Sharp Writing, '60s Vibe Draw Viewers To 'Mad Men'

The AMC program Mad Men had fewer than a million viewers per episode in its first season. Its sharp writing and cool '60s clothes get nowhere near the ratings of cable hits like WWE Raw, The Secret Life of the American Teenager and Spongebob Squarepants. But more people are watching Mad Men's second season.

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STEVE INSKEEP, host:

You may be wondering what about that AMC program "Mad Men" has excited so many critics, even if it hasn't excited folks at USA. Most people can only wonder since most people haven't seen the program. It has fewer than a million viewers per episode, or at least it did in its first season. So we're going to give you a taste of what it's about. It centers around the office of an ad agency in the early '60s when all the men drank whiskey at their desks while the women, or girls - they're called girls - sat outside at their typewriters.

(Soundbite of TV show, "Mad Men")

Unidentified Man #1 (Actor): (As character) How old are you, Pete?

Unidentified Man #2 (Actor): (As character) I just turned 26.

Unidentified Man #1: (As character) I bet the whole world looks like one great big brassiere strap just waiting to be snapped. Advertising is a very small world, and when you do something like malign the reputation of a girl from the steno pool on her first day, you make it even smaller. Keep it up. You'll die in that corner office, a mid-level executive with a little bit of hair who woman go home with out of pity.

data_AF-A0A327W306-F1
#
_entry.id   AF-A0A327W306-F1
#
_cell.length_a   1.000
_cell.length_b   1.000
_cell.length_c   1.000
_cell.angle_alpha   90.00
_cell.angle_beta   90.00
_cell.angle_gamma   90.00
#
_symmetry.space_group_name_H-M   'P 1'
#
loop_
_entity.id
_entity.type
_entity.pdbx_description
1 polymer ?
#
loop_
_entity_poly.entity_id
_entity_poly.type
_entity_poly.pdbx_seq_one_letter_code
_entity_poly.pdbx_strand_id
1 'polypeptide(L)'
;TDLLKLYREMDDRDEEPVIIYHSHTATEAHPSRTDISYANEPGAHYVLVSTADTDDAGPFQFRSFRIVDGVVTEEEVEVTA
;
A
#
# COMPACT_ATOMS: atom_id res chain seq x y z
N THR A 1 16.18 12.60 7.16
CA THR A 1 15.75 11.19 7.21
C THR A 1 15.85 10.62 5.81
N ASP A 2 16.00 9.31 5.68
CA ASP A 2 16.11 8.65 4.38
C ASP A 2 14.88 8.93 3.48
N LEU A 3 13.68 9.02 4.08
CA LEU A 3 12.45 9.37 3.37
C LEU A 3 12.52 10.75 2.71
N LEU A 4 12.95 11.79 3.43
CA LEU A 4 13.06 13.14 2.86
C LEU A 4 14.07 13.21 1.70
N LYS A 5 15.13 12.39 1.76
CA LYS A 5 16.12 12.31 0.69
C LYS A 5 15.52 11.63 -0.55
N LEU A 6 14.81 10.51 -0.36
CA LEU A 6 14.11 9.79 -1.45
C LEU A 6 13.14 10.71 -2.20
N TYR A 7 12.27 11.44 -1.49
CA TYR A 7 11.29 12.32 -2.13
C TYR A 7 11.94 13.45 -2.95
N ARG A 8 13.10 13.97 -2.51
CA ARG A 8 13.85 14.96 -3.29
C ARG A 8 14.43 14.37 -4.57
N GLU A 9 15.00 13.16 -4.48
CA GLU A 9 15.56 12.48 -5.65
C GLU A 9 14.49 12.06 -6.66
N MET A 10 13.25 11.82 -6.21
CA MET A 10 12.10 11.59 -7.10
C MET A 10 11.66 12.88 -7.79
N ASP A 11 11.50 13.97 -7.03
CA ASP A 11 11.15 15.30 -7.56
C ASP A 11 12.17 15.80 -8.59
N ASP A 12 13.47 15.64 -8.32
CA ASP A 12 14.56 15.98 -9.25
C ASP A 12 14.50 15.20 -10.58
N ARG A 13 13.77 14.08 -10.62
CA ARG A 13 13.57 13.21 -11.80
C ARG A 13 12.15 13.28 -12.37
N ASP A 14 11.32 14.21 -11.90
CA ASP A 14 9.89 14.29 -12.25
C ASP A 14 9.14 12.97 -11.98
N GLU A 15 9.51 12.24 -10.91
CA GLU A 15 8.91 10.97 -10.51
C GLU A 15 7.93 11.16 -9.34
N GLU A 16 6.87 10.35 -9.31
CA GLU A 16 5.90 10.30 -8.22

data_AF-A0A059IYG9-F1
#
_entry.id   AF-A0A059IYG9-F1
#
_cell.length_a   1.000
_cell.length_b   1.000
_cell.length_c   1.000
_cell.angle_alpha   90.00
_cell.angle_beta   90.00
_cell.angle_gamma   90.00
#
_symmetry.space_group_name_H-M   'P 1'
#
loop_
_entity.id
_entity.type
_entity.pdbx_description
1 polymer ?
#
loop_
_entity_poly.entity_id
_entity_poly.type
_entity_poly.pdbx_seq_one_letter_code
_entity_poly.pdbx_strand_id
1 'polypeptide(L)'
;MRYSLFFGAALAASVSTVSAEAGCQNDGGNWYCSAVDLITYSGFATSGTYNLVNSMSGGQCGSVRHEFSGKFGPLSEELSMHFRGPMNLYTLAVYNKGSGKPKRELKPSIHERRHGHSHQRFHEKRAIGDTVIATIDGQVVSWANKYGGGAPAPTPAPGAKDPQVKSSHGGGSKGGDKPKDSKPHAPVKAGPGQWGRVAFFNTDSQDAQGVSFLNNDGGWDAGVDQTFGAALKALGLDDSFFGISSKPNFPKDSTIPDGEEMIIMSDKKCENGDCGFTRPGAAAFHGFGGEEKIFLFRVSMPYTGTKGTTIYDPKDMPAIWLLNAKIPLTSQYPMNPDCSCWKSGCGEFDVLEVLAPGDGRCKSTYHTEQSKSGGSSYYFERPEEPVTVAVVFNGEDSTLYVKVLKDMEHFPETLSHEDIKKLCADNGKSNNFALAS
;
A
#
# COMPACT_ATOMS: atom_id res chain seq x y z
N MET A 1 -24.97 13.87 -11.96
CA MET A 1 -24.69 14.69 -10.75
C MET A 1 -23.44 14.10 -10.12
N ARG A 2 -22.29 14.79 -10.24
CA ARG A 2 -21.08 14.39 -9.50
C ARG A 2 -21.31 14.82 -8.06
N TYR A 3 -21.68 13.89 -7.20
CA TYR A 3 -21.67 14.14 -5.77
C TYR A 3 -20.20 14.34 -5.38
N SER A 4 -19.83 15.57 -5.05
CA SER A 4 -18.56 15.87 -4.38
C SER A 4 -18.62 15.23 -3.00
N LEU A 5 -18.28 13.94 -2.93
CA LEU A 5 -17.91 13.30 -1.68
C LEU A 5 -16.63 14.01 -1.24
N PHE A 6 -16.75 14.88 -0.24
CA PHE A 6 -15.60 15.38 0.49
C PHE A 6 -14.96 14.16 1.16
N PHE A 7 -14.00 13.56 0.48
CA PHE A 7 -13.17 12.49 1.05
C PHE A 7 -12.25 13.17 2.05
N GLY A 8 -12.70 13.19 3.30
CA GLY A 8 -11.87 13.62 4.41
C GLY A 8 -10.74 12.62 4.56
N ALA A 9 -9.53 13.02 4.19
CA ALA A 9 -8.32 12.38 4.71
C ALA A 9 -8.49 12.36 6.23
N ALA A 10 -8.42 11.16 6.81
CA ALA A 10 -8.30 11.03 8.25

INSKEEP: This scene is from last night's show, "Three Sundays."

(Soundbite of TV show, "Mad Men")

Unidentified Man #3 (Actor): (As character) You there, chewing your cud. It's one thing to be unladylike. It's another to treat her office like a subway platform. Pack up your Wrigley's and go home.

Unidentified Woman #1 (Actor): (As character) How could it be my gum? My gum's in my mouth.

Unidentified Man #3 (Actor): (As character) This place is a zoo.

Unidentified Man #4 (Actor): (As character) Thank you for getting him out of here for the day. Lose the gum and get yourself some dinner. He won't remember firing you.

INSKEEP: "Mad Men"'s sharp writing and cool '60s clothes - and references to cud chewing - get nowhere near the ratings of cable hits like pro wrestling and "SpongeBob SquarePants," but more people are watching "Mad Men" during this second season, about one and a quarter million last week.

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